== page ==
I am looking for work.
During most of last year and some of the previous year, selling my mother’s house was my part-time job. That project is done and I’m ready to go more formally on to the job market. I’m looking for something fairly specific but I honestly believe there’s a good fit for me somewhere. Please feel free to connect me with people or placements you think might be a good fit. I am looking for a part-time, work-from-home job doing various kinds of knowledge management. Specifics and finicky requirements below.
I’m at my happiest when I am researching and writing Wikipedia articles, cleaning or creating metadata, helping people learn technology, answering reference questions, dropping links into a live chat (or after the fact in podcast notes), or writing clearly about complex topics. I work decently well with a team but am also fine working alone. I have a good eye for detail and accessibility and am comfortable and capable in most online environments. I am very organized. I don’t mind repetitive work and often enjoy working a queue of tickets/emails/tasks if the workload is manageable. I am an excellent troubleshooter and diplomatic communicator.
Because of my other commitments–I have some local part-time library work and other civic tasks–I’m looking for 20 hours a week maximum with 15 being ideal. I’m available to work 11 am EST or afterwards. I don’t mind working evenings and could work some weekends.
More specifics about my background can be found on my resumé or my LinkedIn profile. Got something in mind? Get in touch.
All documents for this meeting can be found here.
Attendee report: 2653 attendees at LLX, 1711 are reg members (i.e. not vendors, corporate members, free attendees)
Continue reading “Vermont Chapter Councilor Report – ALA LibLearnX 2023”
Here was the twitter thread of what I read last year. I’ll be posting on Mastodon this year instead.Find me there at https://glammr.us/@jessamyn. I read a lot of books this year but in many ways it wasn’t a great year for me (it’s improving) so I have mixed feelings about the sheer length of this list and am hoping to read LESS this year. I started to read 144 books and finished 142 but kept up with a few I maybe shouldn’t have. Here are stats for the books that I finished. Of note is that I’m lumping female and non-binary authors together only because I’m trying to read fewer books by men. I’m also retiring my “people of color/non-Western” category only because it relies too much on surface impressions/names. Continue reading “2022 reading list and commentary”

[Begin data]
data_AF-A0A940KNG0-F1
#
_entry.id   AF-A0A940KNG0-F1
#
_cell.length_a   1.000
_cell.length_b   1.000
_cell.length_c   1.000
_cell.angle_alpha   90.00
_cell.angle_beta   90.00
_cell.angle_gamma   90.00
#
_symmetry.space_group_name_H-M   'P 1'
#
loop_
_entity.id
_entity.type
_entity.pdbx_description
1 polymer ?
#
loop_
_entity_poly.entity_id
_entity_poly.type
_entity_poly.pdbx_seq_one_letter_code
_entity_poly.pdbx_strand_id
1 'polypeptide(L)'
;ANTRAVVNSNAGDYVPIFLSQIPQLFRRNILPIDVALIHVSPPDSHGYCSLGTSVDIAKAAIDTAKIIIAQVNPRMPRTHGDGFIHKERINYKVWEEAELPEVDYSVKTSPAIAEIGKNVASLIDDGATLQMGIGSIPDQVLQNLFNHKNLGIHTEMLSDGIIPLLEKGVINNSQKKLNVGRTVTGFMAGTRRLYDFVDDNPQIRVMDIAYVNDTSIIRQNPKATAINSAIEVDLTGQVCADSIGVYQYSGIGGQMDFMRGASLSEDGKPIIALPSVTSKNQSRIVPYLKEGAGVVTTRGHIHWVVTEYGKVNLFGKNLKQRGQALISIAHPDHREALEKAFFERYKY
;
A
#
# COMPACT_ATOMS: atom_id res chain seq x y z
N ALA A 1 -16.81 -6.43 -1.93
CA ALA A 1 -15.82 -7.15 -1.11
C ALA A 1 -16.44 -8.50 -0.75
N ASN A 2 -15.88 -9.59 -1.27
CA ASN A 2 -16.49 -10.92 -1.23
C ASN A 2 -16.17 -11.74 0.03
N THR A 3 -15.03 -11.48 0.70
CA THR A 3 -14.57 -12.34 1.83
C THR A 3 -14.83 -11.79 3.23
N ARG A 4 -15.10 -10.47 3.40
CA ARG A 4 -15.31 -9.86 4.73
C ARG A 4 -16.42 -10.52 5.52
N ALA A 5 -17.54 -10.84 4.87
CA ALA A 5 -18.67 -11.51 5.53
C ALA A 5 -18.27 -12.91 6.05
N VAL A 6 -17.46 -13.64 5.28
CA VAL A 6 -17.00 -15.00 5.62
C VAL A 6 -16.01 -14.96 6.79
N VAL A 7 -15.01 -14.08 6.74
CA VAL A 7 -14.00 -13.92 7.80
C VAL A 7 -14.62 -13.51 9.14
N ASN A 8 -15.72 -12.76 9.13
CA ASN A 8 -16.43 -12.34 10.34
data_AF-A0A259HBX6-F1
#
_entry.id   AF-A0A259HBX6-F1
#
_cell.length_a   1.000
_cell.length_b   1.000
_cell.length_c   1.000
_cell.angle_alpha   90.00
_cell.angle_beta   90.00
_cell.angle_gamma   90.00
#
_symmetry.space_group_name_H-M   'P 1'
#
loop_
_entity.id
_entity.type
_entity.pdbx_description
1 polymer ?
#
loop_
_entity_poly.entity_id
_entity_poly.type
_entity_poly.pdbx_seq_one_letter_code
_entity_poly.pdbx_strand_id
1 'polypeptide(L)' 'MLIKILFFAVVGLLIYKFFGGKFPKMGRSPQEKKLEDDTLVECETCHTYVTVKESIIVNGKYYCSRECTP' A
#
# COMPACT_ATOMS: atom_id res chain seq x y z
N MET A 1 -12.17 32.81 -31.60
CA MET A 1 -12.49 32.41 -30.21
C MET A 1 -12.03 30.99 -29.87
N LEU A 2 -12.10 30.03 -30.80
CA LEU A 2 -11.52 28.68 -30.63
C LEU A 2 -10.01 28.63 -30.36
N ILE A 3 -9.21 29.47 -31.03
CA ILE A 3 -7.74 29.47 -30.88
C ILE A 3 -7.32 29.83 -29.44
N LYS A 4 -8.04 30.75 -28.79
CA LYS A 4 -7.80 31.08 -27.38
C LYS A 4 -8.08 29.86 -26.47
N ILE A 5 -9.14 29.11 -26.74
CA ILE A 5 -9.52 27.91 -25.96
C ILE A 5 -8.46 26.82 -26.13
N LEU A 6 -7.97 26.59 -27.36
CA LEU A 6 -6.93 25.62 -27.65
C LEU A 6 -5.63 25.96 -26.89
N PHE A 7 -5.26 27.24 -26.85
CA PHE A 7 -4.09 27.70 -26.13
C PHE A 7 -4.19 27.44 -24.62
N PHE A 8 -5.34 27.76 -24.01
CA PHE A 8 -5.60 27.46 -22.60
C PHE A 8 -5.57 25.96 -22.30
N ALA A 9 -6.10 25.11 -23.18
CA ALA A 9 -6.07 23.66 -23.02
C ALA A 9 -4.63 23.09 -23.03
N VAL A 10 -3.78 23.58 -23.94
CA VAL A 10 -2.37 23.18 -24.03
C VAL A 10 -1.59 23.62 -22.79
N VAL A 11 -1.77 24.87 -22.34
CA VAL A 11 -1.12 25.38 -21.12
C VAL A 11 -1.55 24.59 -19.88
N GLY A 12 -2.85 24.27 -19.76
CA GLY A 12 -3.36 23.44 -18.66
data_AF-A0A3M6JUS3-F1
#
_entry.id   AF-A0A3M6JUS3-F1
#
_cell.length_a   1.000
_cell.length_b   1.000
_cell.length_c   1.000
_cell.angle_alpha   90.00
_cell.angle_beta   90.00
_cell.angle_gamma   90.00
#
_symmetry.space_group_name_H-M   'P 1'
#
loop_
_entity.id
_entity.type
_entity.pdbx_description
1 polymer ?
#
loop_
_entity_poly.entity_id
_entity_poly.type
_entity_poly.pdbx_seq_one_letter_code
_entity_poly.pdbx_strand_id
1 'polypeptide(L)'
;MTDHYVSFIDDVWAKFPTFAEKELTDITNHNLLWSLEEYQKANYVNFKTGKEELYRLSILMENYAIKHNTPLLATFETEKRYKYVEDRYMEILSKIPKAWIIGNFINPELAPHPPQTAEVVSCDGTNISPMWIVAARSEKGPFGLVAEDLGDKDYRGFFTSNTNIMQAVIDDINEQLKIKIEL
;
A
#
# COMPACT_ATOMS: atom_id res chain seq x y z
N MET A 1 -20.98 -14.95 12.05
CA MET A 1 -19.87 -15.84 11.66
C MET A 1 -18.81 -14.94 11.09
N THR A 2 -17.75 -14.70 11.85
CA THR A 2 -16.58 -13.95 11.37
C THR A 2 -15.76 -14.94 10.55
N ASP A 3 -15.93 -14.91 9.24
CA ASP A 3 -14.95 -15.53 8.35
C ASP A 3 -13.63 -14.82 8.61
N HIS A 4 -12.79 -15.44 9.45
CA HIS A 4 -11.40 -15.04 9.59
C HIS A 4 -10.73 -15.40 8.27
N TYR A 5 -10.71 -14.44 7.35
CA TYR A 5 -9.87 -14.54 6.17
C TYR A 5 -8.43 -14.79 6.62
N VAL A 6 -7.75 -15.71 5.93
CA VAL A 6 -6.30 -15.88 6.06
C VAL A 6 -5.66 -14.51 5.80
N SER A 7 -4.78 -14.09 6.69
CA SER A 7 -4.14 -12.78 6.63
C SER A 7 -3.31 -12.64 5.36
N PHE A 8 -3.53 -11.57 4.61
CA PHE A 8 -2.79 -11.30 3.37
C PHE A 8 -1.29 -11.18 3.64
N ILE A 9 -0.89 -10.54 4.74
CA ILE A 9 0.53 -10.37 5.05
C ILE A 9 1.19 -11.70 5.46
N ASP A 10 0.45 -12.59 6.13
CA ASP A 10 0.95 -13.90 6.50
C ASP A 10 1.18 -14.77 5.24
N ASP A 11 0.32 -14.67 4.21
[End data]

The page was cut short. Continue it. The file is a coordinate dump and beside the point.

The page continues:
Not a big year for libraries though I did get to one new one in Fairlee.
- Kimball (56) – Once the library opened, it stayed open. This includes Drop-In Time shifts as well as work shifts and regular library visits
- Chelsea (1) – Worked one fill-in shift here.
- Fairlee (1) – I was in town for a conference and stopped by.
- Hartness/Randolph (1) – Stopped by when I was on a walk I miss this place.
Previous years: 2021, 2020, 2019, 2018, 2017, 2016, 2015, 2014, 2013, 2012, 2011, 2010, 2009 and some reviews from 2003.
From our local librarian mailing list: Is it possible for library patrons to have free access to newspapers like The New York Times, The Washington Post, and those other big, famous ones? Or even little, non-famous ones?
I took this as a bit of a question about paywalls, though our State Library did chime in to say that there is some access available through Gale OneFile, specifically “the New York Times is available, while the Washington Post is not. USA Today looks to have a 3-day delay, and the Guardian has a 1-day delay.”
Paywall stuff is complicated! There are two basic answers to your question: an ethical one and a technical one. The answer to “Can I do this technical thing?” is quite often “Yes but you have to know how, and it might not be ethical.”
Continue reading “Ask A Librarian: Getting News to Our Patrons”